Empty Days

Saturday, April 03, 2004



Trust, democracy and national unity

Since I've recently become a faithful watcher of Bill Moyers' "NOW" on PBS, I didn't miss the one aired yesterday where Moyers conveniently interviewed no other than John Dean of Watergate fame - who wrote a book on the formidable secrecy peculiar to the Bush WH. Of course, this is kinda too close to Clarke and one might perhaps imagine that J.Dean took less than a week to write his book. However, he finished it in January. And I am not going to read it (even if somebody sent it to me for free, heh) - because I don't need to. I don't need to read a book that tries to show just how much the current WH is opposed to any sort of transparency, let alone investigation. Because it's just too obvious. It's a book that speaks the obvious - and if you need proofs, facts and arguments to make your case for what you see pretty much every day, go ahead and spend a buck to read it or try your most honest to disagree.

The never-ending scandal is not that such a book has been written - the scandal is that such a book even needed writing. Precisely this kind of book, on precisely this topic - on stone-walling, secrecy and non-responsiveness of a government in the most powerful democracy on earth. Luckily (or unfortunately) there have been precedents - this particular democracy has been fucked over a few times already, in precisely that way, and precisely with those tactics. So it's not like you can stand there all blue-eyed and innocent, and wonder with puzzled heart how it is that your government prefers to spit on you instead of proving to you how it's doing a good job and on what grounds it thinks it's good - and let you see what it's doing, in case of doubt.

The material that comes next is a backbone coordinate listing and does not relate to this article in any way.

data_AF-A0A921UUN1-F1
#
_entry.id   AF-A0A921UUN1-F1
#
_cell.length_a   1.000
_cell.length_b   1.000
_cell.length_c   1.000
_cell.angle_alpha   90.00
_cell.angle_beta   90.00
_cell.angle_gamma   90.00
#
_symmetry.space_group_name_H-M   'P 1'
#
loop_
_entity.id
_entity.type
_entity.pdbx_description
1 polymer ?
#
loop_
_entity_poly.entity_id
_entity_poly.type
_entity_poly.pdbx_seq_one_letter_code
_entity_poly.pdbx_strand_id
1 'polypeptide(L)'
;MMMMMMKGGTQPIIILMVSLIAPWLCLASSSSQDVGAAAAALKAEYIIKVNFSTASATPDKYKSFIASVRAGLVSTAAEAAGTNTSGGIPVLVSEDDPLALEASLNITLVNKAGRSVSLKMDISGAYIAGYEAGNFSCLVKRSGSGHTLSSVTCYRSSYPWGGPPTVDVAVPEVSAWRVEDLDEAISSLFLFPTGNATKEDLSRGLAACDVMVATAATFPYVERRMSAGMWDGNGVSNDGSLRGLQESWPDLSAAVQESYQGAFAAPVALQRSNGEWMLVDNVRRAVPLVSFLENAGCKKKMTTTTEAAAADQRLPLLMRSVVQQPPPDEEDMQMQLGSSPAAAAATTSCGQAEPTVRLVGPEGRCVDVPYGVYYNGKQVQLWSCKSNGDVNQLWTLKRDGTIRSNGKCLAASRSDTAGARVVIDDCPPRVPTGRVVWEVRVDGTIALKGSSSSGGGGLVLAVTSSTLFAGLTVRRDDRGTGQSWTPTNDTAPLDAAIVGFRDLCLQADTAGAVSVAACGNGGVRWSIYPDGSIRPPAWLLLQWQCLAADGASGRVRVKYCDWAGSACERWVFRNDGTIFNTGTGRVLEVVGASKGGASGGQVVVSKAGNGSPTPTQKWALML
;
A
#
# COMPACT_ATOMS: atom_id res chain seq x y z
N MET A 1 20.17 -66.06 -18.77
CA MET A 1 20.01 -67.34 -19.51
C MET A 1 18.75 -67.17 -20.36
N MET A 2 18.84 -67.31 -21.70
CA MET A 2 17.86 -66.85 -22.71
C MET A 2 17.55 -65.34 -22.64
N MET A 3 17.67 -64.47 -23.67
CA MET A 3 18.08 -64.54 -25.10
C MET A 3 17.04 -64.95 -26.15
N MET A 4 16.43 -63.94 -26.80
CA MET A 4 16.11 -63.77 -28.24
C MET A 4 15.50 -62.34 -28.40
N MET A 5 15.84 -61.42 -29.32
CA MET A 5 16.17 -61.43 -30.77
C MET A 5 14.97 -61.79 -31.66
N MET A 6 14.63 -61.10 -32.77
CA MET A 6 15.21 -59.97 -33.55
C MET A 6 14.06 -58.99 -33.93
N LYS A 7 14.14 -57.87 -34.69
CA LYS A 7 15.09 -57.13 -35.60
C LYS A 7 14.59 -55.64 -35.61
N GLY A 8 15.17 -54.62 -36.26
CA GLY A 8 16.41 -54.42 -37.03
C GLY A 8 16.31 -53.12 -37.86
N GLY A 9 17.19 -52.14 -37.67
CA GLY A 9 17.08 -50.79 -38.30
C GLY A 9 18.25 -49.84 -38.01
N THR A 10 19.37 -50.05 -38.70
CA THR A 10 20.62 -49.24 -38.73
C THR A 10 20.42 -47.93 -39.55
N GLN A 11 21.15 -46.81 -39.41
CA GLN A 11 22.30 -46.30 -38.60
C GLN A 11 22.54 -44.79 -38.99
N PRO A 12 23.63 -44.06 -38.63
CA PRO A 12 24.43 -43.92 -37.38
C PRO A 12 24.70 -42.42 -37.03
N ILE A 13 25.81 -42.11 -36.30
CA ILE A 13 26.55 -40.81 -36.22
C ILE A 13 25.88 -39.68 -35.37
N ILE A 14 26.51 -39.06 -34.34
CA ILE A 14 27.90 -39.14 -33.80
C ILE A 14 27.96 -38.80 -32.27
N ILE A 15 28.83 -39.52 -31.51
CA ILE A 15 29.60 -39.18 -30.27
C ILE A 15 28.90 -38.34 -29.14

Someone somewhere has said that democracy is based on trust. Americans trust their president. Maybe they don't trust the gov bureaucracy so much but, unless you're a Waco guerrilla, you basically trust that what comes out of the mouth of your highest officials is somehow connected to some sort of truth and is supposed to be based on good intentions.

And if it's not connected to either of these fundamentals you expect it to be discovered, proved and investigated. And if you can't do that, then you're in trouble. In very big trouble - because then your gov becomes unaccountable. That's a scandal, yes. And it's damn scary too.

Here is what Moyers heard from Dean, among other things. And I'll add my own emphasis, if you excuse me:
BILL MOYERS: Vietnam and Watergate. Those were the two--

JOHN DEAN: No question that they are Watergate and Vietnam are very related in many ways. But so after Watergate, you have this very questioning media. You have a lot of investigative journalism. And this really runs right through the Clinton Years. And somehow, almost like a switch was hit. When the Bush Administration came into office somebody hit that switch. And no longer is there that doubt. No longer is that questioning.

BILL MOYERS: You say secrecy is out of hand.

JOHN DEAN: No question. It's out of hand because it's never been as severe. When these people moved into 1600 Pennsylvania Avenue, they closed the doors, they pulled the shades, and they put, in essence, a gag order out.
Of course, the FOX channel would argue that this is actually for the good - it promotes strong leadership and national unity. Who needs questioning, doubts and fears in a time of war? Let's rally behind our leaders, let's entrust our lives to them, there can be no evil in WH - that's why it's white, you know. The whiter the WH looks, the better the nation feels. Secrecy is good. Let's forget doubts, let's promote trust - by never questioning any of WH's decisions or operation. It can only be good. This is democracy. Or is it?

This blog here carries a not too lengthy except from John Dean's conversation with Moyers, and adds his own thoughts on it.